The Press-Dispatch

August 14, 2019

The Press-Dispatch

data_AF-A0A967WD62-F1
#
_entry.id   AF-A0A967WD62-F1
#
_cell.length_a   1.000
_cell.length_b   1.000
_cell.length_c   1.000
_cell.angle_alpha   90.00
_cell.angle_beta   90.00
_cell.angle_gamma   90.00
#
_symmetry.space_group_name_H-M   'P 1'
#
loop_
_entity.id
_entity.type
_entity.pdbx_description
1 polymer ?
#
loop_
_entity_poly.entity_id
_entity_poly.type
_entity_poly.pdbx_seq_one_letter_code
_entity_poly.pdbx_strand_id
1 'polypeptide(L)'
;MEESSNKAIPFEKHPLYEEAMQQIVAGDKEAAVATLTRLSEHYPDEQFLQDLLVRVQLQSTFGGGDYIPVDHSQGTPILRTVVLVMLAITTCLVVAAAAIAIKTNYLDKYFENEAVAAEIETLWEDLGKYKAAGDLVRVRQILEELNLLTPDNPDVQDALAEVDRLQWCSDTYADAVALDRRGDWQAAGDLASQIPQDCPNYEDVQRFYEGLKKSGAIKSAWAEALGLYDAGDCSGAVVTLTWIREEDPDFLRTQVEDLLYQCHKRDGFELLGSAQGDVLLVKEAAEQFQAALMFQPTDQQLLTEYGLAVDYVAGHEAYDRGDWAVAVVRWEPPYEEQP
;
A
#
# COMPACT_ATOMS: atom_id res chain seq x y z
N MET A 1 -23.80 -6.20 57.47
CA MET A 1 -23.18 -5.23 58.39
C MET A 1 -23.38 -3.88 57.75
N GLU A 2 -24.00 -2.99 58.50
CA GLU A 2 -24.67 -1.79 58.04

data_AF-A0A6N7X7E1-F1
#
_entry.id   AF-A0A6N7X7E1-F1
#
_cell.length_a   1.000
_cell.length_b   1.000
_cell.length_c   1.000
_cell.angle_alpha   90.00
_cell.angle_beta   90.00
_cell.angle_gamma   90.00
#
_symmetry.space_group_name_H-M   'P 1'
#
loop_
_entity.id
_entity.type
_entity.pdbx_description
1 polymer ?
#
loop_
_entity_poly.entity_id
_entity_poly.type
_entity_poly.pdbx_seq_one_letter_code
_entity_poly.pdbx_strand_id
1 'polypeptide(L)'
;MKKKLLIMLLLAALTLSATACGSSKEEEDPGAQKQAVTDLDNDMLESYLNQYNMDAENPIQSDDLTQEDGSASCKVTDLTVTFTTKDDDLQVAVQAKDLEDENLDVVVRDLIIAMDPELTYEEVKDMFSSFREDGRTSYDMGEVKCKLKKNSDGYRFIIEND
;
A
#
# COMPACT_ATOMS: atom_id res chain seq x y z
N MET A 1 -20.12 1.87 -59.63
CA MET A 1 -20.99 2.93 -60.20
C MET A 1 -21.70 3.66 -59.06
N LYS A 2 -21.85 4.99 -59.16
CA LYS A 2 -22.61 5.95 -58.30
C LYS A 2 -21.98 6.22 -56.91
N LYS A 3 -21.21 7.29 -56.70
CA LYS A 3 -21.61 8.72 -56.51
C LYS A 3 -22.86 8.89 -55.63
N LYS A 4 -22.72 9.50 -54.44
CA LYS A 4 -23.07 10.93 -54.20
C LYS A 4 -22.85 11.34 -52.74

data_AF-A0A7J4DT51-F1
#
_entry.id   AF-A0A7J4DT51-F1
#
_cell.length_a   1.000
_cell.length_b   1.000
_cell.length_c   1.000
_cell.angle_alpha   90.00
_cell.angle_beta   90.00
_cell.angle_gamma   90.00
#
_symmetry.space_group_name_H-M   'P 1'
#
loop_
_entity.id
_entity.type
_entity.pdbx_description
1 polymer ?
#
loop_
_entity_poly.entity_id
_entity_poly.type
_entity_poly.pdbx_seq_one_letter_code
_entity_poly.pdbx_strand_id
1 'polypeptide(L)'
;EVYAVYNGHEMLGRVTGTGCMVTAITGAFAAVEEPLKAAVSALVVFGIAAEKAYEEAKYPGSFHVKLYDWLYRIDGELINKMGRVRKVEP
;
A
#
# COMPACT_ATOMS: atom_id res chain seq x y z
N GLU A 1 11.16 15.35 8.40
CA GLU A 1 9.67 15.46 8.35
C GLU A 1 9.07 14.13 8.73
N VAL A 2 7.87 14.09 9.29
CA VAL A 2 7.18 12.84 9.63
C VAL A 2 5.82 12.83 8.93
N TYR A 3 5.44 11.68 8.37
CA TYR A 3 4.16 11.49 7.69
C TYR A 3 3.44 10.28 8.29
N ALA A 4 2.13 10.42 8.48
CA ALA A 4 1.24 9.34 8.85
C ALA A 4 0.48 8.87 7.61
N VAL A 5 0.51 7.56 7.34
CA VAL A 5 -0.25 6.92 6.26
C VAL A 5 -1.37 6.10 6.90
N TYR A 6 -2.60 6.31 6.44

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Local �������A1-8 Sports �����B1-2 Classifieds B3-5 History �������B6 Church ����C1-3 Home Life C4-7 Obituaries ��C7 Gibson C10-11 School �����C12 WHAT'S INSIDE: CONNECT WITH US: NetEdition ��� pressdispatch�net/edition Facebook ���� facebook�com/pressdispatch E-Mail ��������� news@pressdispatch�net Phone: �������812-354-8500 Fax: ������������812-354-2014 E-Mail ������������������ editor@ NEWS TIPS: PIKE PUBLISHING Wednesday, August 14, 2019 Volume 149 Number 34 Phone 812-354-8500 Petersburg, IN 47567-0068 (USPS 604-34012) $ 1 Three sections 26 pages Six inserts See SCHOOL on page 2 See STOLEN on page 2 See WINSLOW on page 2 By Andy Heuring A Petersburg teen was arrested last week on charges stemming from a vehicle stolen from Hunt- ingburg and found in Petersburg in February. Bryan S. Marret, 18, of 112 S. 11th St., Petersburg, was charged with theft and criminal conver- sion, both level 6 felonies. On February 21, Kaitlyn Jerg- er, of Huntingburg, notified po- lice that her 2003 Ford Taurus had been stolen from her parents' driveway on Eighth St., Hunting- burg. Jerger told police she had parked her car in her parents' driveway when she got home from work. She left her purse and keys in the car. Then at about 5:20 a.m. the next morning, she noticed her car was gone. A week later, on February 28, Dubois County central dispatch was notified by Petersburg Police Sgt. Chad McClellan they had lo- cated Jerger's vehicle. They had it towed back to Huntingburg, where the Indiana State Police crime tech collected DNA evi- dence from the vehicle. Jerger's purse or valuables in her purse were not found. Petersburg Police Cpl. Kyle Mills then talked to Hunting- burg Police and told them he had a tip Marret might have been in- volved. A sample of Marret's DNA was sent to the crime lab and on June 10, the State Police lab re- leased the findings of their report, which stated Jerger's vehicle con- tained DNA of which Marret was a contributor. Three vehicles from the Peters- burg area were reported stolen at about the same time. Petersburg Police Chief Chuck Baumgart said their investigation is waiting on DNA results from the Indiana State Police lab from those vehi- cles that were taken. The first vehicle taken from Pe- tersburg was a silver 2005 Chev- rolet Colorado four-door pick- up. It was taken from Jim Gas- kins' driveway on February 26 and has a license plate number of TK750NAY. Gaskins' truck was located months later on the campus of Oakland City University. On Saturday, March 2, Baumgart said police received a call at about 7:30 a.m. from Am- ber (Clark) Ashley that her 2006 Chevrolet Equinox had been sto- len from her residence at 205 N. Marret charged with theft, conversion for stolen car By Andy Heuring An investigation of a threat marred the start of school in Pike County last Wednesday. It turned out to be a repost- ing of a meme from March of 2019. Pike County Prosecutor Darrin McDonald, in a new release issued last Wednesday, stat- ed, "A thorough investigation revealed the alleged threat emanated from social me- dia posts containing inappropriate humor. The most recent post of which was posted in March 2109." McDonald continued in the release, "A f- ter an investigation by the Pike County Sheriff's Department," he determined "no credible evidence existed that the youth in- volved had any intention, or apparent abil- ity, to harm anyone." McDonald said reports that a student was arrested are erroneous. "To the extent that media reports stating that the youth was "detained" or suggest in any way that the youth is being charged with a juvenile offense, those are likewise false. Every ac- cused person is entitled to due process. Un- fortunately with recent violence, social me- dia can create unnecessary fear and rush to judgment." The sequence of events got started when someone saw the old post from March and forwarded it to the school Facebook page at 11:53 p.m. on Tuesday. Pike County Sheriff Kent Johnson said when people started getting up early Wednesday morning, it was noticed and he was notified. He said they immediately sent deputies to the schools and went to the boy's house. He said the boy and his guardians were cooperative and allowed a search of the house. "There were no weapons, no mani- festo, no lists," said Sheriff Johnson. He said after a discussion with Prosecu- tor McDonald, "We concluded it wasn't an School begins in midst of threat investigation By Dennis Marshall The Winslow Town Council voted in a new marshal and deputy at its monthly meeting on Monday, Aug. 12. Steve Nelson, the current part-time dep- uty, was unanimously approved as the new Winslow marshal. "The big thing was he has already served as a deputy," Council president Joshua Popp said. "This is a just a move up for him. He has already been trained and is already cer- tified, so he should be good to go." Nelson, a Winslow native and deputy for the past 11 years, will be paid $28,500 annu- ally, with the opportunity for an increase af- ter the first year, pending council approval. He replaced Steve English, who held the post for 32 years, before having to step away from the position due to health issues. Nelson said the first business as the new marshal will be to make some equipment upgrades that will help modernize the de- partment. Winslow Town Council names Nelson new marshal By Andy Heuring Pike County Councilmen began their yearly budgeting process on Tuesday morn- ing with sobering news, which prompted them to look into hiring a financial consul- tant to help them plan for the future. Pike County Auditor Judy Gumbel sent an email on July 31, 2019 warning the coun- ty councilmen Pike County's Net Assessed Value was going to drop nearly $ 90 million or about 20 percent. "The majority of the drop can mostly be attributed to Indianapolis Power and Light's decision to redistribute their as- sets," stated Gumbel's email. She said IPL's assessed value in Pike County had dropped by $ 93,971,520 and overall Pike County had a net loss of $ 87,829.537, which is a drop of about 20 percent. Pike County's assessed value in 2018 was $713,476,500 and has dropped to $ 625,646,963 for 2019. Gumbel gave the Council a chart of the assessed value back to 2009 when it was $ 635,062,800. It had in- creased to $747 million in 2012 and peaked at $779 million in 2014 before starting to fall every year since then. "We all got an email from Judy on what the assessed value is going to look like. The initial numbers are mind-boggling," said Councilman Jon Craig. "We are looking at a big reduction in as- sessed value. It will drop more than $ 90 million. That will be life changing for us. We have a great nest egg, but we are going to have to dip into that. We will have to, there is no question about it," said Craig. He continued, "Utilities are assessed state-wide and they tell us what the as- sessed value is. I think we ought to bring in a financial consultant to plan on this. Otherwise we might just be shooting from the hip," said Craig. "I would like permission a seek a propos- al on managing our revenues as we manage our budgets," said Craig. "You can't stick your head in the sand," said Council President Greg Willis. "We need to look at this with concern. We don't want to reduce services to people of the county," said Willis. He said he didn't have a problem with contacting a firm as long as it didn't obligate the county to any expense. Craig suggested they contact Baker and Tilly, which was formerly Umbaugh Asso- ciates. He said the scope of what the coun- ty wants Baker and Tilly to do is determine the costs. "They will probably have a wide range of services they can provide. "I think it would be irresponsible for us not to look at this," said Councilman Den- nis Bishop. Councilmen were in session most of the day on Tuesday, meeting with various de- partment heads and going over the pro- posed budgets for each department. In Sep- tember the council will meet again and re- view the budgets and set each budget and vote on them. The September meeting is scheduled for Tuesday, September 10, following their regular monthly meeting, which starts at 8:30 a.m. Council learns assessed value of county will drop by 20% Ford injured in semi crash Tuesday in Otwell A Bruceville man was injured early Monday morning when the semi-truck he was driving overturned as he went around the sharp curve on Highway 257 in Otwell near Circle A. John Ford, 79, suffered face and back injuries in the crash. He was trapped in the semi- truck cab by power lines on the truck for nearly an hour. Pike County Deputy Sheriff Brad Jenkins investigated the crash. He said witnesses told him Ford appeared to be traveling too fast for the turn. His trailer was full of construction debris. "It looked like they had torn down an old house, " said Deputy Jenkins. Jenkins said the truck took out two utility poles, one owned by Dubois REMC and the oth- er by Frontier. Once Ford was extricated from the semi-cab he was taken by Pike County EMS to Deacon- ess Midtown in Evansville. First day of school Miss Jenna Knepp helps Ruger Moore get his folders in order on the first day of school at Winslow Elementary School last Wednesday. Knepp is a new kindergarten teacher at Winslow.